One particularly insightful way of addressing the title concern is by addressing issues of mobility. In discussing Soundscan's practice of gleaning data on the purchasing habits of consumers by tracking sales in "their neighborhoods", Kitwana notes, "sales post[ed] in a predominately white, affluent suburb do not always indicate that affluent whites are the only ones buying, especially when significant Black and Latino populations live in close proximity" [93]. In other words, as communities grow closer and closer together, there is much more opportunity for cross-cultural interaction. The lines that divide, then, become less clearly-drawn and recognized.

Towards the end of Why White Kids Love Hip-Hop, Kitwana writes, "white youth's love for hip-hop, more often than not, extends beyond music and pop culture to the political arena" [169]. For Kitwana, one of the preeminent commentators on hip-hop culture, to say this is noteworthy. What he is doing is giving credit (or, in hip-hop discourse, "props") to those who recognize and act on the political potentialities of hip-hop as a cultural power. What follows then is an intriguing discussion of the coalition-building that is a hallmark of hip-hop, a coalition-building that is not limited solely to Blacks, as Kitwana acknowledges, or to Americans, as he does not. In speaking to the extant coalition-building, he does not shy away from pointing out shortcomings: "While white hip-hop activists clamor over organizing the swing state hip-hop vote in the hood in cities like Cleveland, Cincinnati and Columbus, young whites in the Appalachian hills of southern Ohio and rural towns like Elyria and Lorain, Ohio, were left unregistered and unorganized. The question [is] "How is the potential hip-hop voting bloc being nurtured in these areas?"" [199].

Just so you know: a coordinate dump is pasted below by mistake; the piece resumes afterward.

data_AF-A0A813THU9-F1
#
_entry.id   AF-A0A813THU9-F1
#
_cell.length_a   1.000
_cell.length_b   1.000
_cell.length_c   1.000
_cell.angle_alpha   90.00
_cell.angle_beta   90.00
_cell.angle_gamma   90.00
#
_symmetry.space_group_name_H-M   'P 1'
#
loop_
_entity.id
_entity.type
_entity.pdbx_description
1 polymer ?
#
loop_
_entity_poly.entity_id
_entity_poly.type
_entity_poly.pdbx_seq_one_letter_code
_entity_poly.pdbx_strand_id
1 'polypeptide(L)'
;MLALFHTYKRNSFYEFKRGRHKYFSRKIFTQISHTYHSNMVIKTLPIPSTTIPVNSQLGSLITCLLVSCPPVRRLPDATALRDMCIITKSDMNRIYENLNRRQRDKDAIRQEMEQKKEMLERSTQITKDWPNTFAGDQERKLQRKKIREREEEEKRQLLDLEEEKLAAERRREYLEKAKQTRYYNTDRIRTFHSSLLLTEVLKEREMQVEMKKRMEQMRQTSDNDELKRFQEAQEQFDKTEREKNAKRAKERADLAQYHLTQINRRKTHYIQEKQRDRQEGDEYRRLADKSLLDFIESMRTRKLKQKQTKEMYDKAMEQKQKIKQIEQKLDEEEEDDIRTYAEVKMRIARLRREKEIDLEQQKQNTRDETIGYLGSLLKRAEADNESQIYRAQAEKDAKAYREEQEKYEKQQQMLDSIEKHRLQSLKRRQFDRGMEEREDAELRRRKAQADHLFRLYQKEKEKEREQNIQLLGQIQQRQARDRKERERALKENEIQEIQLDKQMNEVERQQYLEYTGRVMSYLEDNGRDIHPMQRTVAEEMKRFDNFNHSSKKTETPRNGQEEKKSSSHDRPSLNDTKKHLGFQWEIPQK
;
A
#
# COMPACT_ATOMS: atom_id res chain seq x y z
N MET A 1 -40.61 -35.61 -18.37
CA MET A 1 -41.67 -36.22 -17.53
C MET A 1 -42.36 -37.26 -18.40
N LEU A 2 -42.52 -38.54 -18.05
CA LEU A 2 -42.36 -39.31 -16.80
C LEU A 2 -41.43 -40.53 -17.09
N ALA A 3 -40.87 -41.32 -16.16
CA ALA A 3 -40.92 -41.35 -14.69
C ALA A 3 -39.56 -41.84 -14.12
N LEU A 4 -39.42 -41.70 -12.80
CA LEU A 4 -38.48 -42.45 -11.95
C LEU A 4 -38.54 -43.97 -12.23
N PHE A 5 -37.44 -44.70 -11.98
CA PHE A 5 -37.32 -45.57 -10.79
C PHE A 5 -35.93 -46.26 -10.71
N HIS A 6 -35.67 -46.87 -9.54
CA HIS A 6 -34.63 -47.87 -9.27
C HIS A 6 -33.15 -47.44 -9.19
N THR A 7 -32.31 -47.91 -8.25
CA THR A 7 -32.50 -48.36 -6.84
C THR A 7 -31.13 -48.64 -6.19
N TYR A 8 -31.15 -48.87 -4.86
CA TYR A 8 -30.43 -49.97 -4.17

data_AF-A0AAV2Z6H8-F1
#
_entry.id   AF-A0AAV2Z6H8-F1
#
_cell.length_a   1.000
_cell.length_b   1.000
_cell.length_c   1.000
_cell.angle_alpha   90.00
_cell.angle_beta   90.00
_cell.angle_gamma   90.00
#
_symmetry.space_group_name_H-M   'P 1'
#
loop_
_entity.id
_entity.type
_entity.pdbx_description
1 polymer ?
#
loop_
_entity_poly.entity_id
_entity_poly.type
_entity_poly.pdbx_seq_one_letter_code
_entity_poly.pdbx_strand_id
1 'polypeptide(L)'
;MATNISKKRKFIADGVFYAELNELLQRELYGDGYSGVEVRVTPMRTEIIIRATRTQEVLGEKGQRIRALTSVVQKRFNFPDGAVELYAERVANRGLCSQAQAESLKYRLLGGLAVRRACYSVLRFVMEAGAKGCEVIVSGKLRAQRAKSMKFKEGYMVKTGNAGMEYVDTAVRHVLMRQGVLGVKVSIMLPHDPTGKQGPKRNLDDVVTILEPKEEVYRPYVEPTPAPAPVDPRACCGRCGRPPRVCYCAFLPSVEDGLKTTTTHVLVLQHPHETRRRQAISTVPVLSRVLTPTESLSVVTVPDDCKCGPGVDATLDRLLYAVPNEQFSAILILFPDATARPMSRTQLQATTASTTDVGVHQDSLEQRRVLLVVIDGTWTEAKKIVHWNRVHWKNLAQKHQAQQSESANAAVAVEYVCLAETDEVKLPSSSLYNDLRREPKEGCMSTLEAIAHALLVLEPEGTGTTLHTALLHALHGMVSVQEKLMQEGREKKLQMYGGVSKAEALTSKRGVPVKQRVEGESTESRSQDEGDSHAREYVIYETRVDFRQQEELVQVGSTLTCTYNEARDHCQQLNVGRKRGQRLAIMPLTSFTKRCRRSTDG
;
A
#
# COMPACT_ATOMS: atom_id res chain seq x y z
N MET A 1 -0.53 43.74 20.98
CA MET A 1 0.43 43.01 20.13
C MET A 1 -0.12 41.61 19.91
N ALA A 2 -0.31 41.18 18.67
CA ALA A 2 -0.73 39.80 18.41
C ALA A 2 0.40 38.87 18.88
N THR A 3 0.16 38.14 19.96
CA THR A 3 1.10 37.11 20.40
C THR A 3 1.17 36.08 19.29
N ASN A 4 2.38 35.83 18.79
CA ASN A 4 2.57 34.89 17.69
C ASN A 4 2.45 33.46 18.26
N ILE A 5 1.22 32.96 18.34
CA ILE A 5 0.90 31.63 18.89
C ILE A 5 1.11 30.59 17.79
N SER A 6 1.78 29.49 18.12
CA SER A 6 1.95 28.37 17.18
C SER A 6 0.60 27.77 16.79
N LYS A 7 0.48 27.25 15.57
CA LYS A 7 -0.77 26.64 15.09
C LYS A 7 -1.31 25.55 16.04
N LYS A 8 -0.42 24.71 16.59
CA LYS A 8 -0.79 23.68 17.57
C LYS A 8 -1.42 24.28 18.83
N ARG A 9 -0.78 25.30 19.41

Kitwana's overarching thesis might best be realized in this longer passage extracted from the middle of the text: